Nappy is wearing a belly band to prevent any such incident. He seems pleased to have the bed to himself, stretching across it in a regal fashion. If he knows he’s tiny — five and three-quarters pounds, about the same size as a bag of flour — he doesn’t show it. He’s big like Tom Cruise — in attitude, influence, and accomplishment, if not in stature. And handsome, with a symmetrical four-color face and a full chest. Not that he’s perfect. He still needs to grow some coat, which should come with age, and the feathering on his hindquarters isn’t the best. Curran suspects the other dogs at Lamarine’s are giving him haircuts on the sly.
Even so, Napoleon draws attention wherever he goes. Today when Curran and Lake took him shopping in his jeweled sweater, strangers approached at every turn. “It was pictures, pictures, pictures,” says Curran. When Nappy decided to tell off a Great Dane who was lying in his way, the crowd was especially pleased.
“He’s a great dog,” says Gail Godbout, who raises pugs and knows Napoleon from the show circuit. “He’s beautiful, and he has a wonderful personality. As soon as I saw him, I knew he was special. He’s made me really want a Chihuahua.”
Napoleon has had this effect on people from the start of his career, when at fifteen weeks he won first prize out of 129 entrants in a Best Puppy match. Later, at the Chihuahua Club of America’s (CCA) specialty show in Chicago, he created such a stir that an announcer made a request for people to stop taking photographs.
At that same show, while Napoleon was in the ring doing his up-and-back, Curran says someone keyed the mike, trying unsuccessfully to spook him. There have been, she says, ominous signs leading up to Westminster. She got a call from someone who said a judge had been told in no uncertain terms not to put Napoleon up as a winner. Tomorrow in the benching area, where the dogs await their turns in the ring, she’ll make sure he is never left alone.
Even in the notably cutthroat show dog world, where feelings run high and rifts are common, the controversy over merle-patterned Chis is unusually vitriolic. The stakes are high: keeping a dog on the circuit is expensive — as much as two thousand dollars a month — and the investment only pays off if the dog retains value over time as a breeder or a stud. A previous CCA vote favored disqualification — a move that would render merles essentially valueless. But the American Kennel Club, which is idiosyncratic in its own right, refused to accept the result, arguing that it had to reflect a breed standard change rather than simply a merle exclusion.
At 9 p.m. Curran decides it’s time for Nappy’s bath. She navigates around the crowded room, careful not to disturb the dogs that play and sleep everywhere. Luggage is stacked against the walls, as are coolers and kennels. Five women and fourteen dogs are staying here, and if the room is overly warm from all the bodies it’s also surprisingly quiet, with only a hint of doggy odor. Most of the dogs are Chis, and several are competing at Westminster. Their owners are across the street watching Best of Group for the breeds that showed today.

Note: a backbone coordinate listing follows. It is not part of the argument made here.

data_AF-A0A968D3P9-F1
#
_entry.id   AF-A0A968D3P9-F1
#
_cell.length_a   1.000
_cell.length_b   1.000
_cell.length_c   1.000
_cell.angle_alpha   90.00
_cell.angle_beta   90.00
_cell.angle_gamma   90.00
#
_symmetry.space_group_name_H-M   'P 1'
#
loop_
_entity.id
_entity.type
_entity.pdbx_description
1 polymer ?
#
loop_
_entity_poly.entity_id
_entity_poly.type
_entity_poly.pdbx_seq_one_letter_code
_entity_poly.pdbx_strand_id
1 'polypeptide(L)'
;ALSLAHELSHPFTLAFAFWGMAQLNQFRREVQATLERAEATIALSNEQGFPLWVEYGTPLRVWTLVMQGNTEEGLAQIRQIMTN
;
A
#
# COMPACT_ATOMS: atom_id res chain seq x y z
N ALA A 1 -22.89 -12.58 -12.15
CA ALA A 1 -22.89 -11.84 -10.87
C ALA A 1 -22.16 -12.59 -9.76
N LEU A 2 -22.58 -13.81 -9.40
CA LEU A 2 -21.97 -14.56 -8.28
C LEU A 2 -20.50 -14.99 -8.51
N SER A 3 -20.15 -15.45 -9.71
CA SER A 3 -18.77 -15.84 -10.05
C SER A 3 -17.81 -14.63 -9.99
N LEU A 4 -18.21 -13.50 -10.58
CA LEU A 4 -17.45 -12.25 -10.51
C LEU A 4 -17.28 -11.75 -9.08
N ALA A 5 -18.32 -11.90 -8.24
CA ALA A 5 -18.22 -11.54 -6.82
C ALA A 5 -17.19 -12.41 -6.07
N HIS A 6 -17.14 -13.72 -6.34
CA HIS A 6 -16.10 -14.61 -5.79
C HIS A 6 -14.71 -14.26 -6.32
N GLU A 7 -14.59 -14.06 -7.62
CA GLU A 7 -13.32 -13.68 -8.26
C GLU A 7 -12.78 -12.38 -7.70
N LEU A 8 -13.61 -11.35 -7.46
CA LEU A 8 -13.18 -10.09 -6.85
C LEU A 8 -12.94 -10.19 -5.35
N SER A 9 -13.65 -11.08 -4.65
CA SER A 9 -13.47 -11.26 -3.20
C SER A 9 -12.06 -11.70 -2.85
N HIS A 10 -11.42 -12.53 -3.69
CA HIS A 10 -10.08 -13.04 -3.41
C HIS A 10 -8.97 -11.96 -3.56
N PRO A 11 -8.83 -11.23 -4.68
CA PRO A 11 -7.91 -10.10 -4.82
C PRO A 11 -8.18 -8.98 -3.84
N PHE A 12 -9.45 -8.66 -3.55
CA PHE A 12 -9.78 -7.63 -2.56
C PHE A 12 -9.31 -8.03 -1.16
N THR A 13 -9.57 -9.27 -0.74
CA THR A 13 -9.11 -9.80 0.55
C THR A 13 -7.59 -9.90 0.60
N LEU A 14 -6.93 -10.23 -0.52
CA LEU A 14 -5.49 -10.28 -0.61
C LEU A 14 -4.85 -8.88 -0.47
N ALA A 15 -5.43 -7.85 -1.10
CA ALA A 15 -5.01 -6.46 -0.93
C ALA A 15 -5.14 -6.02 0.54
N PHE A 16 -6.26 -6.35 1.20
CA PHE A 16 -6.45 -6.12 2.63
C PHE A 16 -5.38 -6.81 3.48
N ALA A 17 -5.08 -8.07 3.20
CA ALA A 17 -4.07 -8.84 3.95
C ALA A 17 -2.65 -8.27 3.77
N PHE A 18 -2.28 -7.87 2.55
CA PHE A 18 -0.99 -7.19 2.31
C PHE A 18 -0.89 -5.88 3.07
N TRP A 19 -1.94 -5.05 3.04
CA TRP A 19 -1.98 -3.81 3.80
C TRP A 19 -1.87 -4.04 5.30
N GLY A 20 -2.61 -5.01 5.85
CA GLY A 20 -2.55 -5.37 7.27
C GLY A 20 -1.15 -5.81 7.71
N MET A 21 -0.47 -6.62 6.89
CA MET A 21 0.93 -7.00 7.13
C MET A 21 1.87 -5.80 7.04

Curran gathers supplies: whitening shampoo for Nappy’s coat, along with Anti Monkey Butt powder and Ducky White to help lighten the bottoms of his legs. On her way to the bathroom she steps around Patrick, who is on the floor wrestling with a toy lobster as big as he is. Napoleon nestles in her arms, content even though baths are definitely not his thing. Ordinarily his handler Lamarine doesn’t like for him to see Curran before a show out of concern that it will distract him in the ring. But there was plenty of time in this case, and Curran didn’t want him anyplace else. He slept in bed with her and Lake last night.
It seems something of a mystery that Curran has embraced the smallest breed of dog on earth. A lifelong Mainer who was born in Lewiston, she drives a Dodge Ram Dualie, chops her own wood, and operates a boarding kennel in Harpswell. For years she raised Doberman pinschers for police forces around the country. Yet Curran loves Napoleon with an intensity that is palpable. Tomorrow she will trade her T-shirt and jeans for a gold sweater and velour jacket and become a spokesperson on his behalf.
Checking the water — too cold, too hot, finally perfect — she lowers him into the partially filled sink. Napoleon shrinks into himself, looks left and right for a way out. “Stay, Nappy,” Curran says as he braces his forelegs against the edge as if to escape. She lathers the fur around his head into punk-like spikes and rinses as he sits back in resignation.
Exuberance returns when she places him on a makeshift grooming surface on top of a crate. He burrows into the towel, hides as Curran locates the blow-dryer, then pokes his face out impishly.